The Purge: Election Year
This pseudo-political horror-thriller is an ugly provocation, one that feels especially crass in light of national tragedies like the recent shooting in Orlando.
At the end of "Paris," a character whose future is uncertain rides in a taxi through the city and glimpses some of the film's other characters going about their lives. He does not know them, but we do, and seeing them so briefly is enough to make the film's point: We are here, we strive, we love, we laugh, we fail, we are sad, sometimes we look at the world and smile for no particular reason.
Here is a film about a group of Parisians. It opens with a sweeping shot of Paris from the atop the Eiffel Tower. The characters don't have interlocking lives; it's not that kind of film. They have parallel lives. The purpose of Cedric Klapisch, the writer-director, is to make a symphonic tribute to the city he loves, and use each character as a movement.
That said, every character has life and depth. It's unusual for an episodic film to involve us so well in individual lives; as the narrative circles through their stories, we're genuinely curious about what will happen next.
The central character is Pierre (Romain Duris), who is a dancer in his 30s told that he has little time left. Only a heart transplant can save him. His sister Elise (Juliette Binoche) brings her two daughters and comes to live with him, and they try to cheer each other. He spends much time standing on his balcony, observing life in the street. She's rebounding from a bad marriage and considers herself finished with men.
We also meet a famous Parisian historian named Roland (Fabrice Luchini), whose lectures are so literate and certain, he seems to be reading from a Teleprompter scrolling in his mind. He is very alone. Well into his 50s, he becomes obsessed with a pretty student and anonymously sends her florid romantic compliments by text. Then he lurks nearby to watch her reading them, Creepy. Meanwhile, he's starring in a TV documentary series about the city.
His younger brother is Philippe, played by Francois Cluzet, the Dustin Hoffman-ish star of "Tell No One" (2006). Phillipe is an architect, a father in waiting, an encourager who senses Roland's discontent. Elise finds herself attracted to Jean (Albert Dupontel), a vendor in one of the many Paris street food markets. Jean is divorced from Caroline (Julie Ferrier), but they're still friendly. Still, they don't seem to have a future.
There are several smaller characters, including a bakery owner (Karin Viard) who has outspoken prejudices about people from any part of France that is not Paris, and yet is open-minded enough to praise a young employee from North Africa who is a reliable worker. I've meet French people like that: not racist, but tactlessly opinionated -- or particular, as they might prefer.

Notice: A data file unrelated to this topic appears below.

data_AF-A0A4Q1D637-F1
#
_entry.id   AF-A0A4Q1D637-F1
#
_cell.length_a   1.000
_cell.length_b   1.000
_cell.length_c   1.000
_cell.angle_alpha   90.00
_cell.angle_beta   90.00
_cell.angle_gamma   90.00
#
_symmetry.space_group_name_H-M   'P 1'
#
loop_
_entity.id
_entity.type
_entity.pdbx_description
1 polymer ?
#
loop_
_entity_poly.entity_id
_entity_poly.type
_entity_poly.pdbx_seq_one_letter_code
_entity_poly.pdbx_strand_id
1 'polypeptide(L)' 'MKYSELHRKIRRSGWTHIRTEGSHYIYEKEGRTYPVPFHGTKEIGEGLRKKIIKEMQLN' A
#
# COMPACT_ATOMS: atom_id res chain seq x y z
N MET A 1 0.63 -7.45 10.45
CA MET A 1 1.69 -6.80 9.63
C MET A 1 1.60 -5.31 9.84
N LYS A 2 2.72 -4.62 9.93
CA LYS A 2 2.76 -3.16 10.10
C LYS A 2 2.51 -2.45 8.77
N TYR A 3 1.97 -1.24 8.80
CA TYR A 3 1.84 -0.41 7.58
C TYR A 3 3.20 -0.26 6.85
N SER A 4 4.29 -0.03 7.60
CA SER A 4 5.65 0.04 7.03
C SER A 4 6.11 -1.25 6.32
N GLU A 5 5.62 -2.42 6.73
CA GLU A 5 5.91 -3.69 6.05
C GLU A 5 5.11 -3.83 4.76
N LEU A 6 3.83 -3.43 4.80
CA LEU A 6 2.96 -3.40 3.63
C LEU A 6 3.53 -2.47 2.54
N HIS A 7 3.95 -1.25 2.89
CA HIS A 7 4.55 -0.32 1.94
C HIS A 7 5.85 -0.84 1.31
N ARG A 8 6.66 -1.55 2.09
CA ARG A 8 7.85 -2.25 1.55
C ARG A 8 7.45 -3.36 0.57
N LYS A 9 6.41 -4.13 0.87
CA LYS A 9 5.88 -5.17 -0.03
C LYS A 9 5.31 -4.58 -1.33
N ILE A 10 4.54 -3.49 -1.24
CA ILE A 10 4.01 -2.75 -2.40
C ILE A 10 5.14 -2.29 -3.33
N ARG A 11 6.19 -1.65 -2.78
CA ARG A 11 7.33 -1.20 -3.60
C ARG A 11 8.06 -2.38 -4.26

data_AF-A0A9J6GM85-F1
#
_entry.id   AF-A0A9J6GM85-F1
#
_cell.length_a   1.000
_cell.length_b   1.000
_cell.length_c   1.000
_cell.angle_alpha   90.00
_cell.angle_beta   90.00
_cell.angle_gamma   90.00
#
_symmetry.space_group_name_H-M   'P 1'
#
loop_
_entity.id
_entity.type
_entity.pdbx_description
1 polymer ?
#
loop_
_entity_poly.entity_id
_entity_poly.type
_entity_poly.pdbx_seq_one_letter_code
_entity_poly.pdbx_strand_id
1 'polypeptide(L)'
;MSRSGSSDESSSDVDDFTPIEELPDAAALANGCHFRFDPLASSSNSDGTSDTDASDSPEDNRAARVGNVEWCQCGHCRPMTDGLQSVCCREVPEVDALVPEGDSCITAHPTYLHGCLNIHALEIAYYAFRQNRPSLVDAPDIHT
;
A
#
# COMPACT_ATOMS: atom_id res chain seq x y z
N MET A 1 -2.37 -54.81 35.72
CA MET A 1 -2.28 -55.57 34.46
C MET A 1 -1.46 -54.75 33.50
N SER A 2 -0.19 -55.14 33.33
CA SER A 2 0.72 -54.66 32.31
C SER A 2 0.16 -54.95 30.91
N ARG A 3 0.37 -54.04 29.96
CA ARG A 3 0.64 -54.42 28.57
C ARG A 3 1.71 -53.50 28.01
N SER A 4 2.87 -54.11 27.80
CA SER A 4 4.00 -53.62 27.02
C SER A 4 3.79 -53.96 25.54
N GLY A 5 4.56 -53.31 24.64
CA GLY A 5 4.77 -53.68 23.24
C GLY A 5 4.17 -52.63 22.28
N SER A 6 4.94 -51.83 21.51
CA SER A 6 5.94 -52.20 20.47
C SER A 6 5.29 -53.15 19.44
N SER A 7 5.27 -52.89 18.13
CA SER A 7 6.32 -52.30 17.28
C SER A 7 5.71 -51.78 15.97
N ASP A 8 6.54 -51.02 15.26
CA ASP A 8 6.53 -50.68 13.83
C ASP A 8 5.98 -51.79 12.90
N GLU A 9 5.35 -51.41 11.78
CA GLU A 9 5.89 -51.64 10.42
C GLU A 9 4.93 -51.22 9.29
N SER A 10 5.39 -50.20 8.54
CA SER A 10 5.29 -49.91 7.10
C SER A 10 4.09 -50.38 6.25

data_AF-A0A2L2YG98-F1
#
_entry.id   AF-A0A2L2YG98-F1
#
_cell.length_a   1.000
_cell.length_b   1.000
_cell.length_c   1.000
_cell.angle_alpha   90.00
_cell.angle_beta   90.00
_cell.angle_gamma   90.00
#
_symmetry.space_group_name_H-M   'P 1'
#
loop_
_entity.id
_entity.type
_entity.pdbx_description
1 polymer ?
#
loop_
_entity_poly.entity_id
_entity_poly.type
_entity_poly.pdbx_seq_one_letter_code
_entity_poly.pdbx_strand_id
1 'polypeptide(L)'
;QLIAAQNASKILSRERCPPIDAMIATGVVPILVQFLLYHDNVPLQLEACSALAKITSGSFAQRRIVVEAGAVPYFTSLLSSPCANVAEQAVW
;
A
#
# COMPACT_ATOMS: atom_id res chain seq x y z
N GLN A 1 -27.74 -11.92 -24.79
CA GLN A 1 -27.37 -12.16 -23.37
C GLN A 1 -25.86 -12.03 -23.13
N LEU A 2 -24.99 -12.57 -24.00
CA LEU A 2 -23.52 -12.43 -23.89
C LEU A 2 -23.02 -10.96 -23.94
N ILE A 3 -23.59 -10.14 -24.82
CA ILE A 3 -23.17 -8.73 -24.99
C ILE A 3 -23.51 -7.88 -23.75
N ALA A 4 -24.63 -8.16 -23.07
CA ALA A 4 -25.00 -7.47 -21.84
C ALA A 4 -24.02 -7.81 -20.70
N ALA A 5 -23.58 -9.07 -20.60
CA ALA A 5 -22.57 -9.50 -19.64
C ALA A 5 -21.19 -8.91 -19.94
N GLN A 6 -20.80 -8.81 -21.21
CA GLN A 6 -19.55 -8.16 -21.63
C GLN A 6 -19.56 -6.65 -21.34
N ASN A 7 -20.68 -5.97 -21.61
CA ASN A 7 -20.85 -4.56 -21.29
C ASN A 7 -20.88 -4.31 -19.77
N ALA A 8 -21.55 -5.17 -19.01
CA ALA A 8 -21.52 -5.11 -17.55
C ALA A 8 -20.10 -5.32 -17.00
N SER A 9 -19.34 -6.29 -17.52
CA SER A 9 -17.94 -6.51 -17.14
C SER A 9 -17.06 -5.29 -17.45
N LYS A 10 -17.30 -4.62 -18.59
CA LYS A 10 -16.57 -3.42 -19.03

All of these stories are told against the backdrop of Paris, a city Klapisch loves with a passion. He hasn't made a travelogue with beauty shots, however, but set his story in very specific places: streets, a university, cafes, restaurants, dawn at the vast Rungis, the wholesale food market that replaced Les Halles. There is even a scene set in the catacombs, with the bones and skulls of Parisians past neatly stacked behind the professor.
The characters have love, fear it or seek it. Only one has a desperate problem. No one is satisfied.
They have a daily reprieve from illness or death, but never think in those terms -- except for Pierre, who is forced to. They go to work, home again, to their spouses or lovers or empty flats. They move easily through the city, and we are reminded that in Paris, traditionally a city of tiny apartments, the cafes served as living rooms. You're not buying a coffee, you're renting a table, and it's yours for as long as you sit there.
I love Paris in the same way Klapisch does, for the concentration and intensity of its daily life and street theater. A modern place like downtown Houston seems to me an unlovely prospect, all concrete, no shadows. Why do modern corporations envision their headquarters as free-standing tombstones instead of friendly neighbors?
Viewing the film's love affair with the city, I was reminded of another film, "The Cat's Away" (1996). That's the one about the young woman who leaves town and entrusts her cat with a neighboring cat lady. When she returns, this old lady is heartbroken: The cat has run away. The entire neighborhood gets caught up in the search, including a simple-minded fellow who risks his life on rooftops, usually in search of the wrong cat. I looked up the film, and discovered it was by Cedric Klapisch. There you go.
Note: "Paris" also is available for viewing via Video on Demand.
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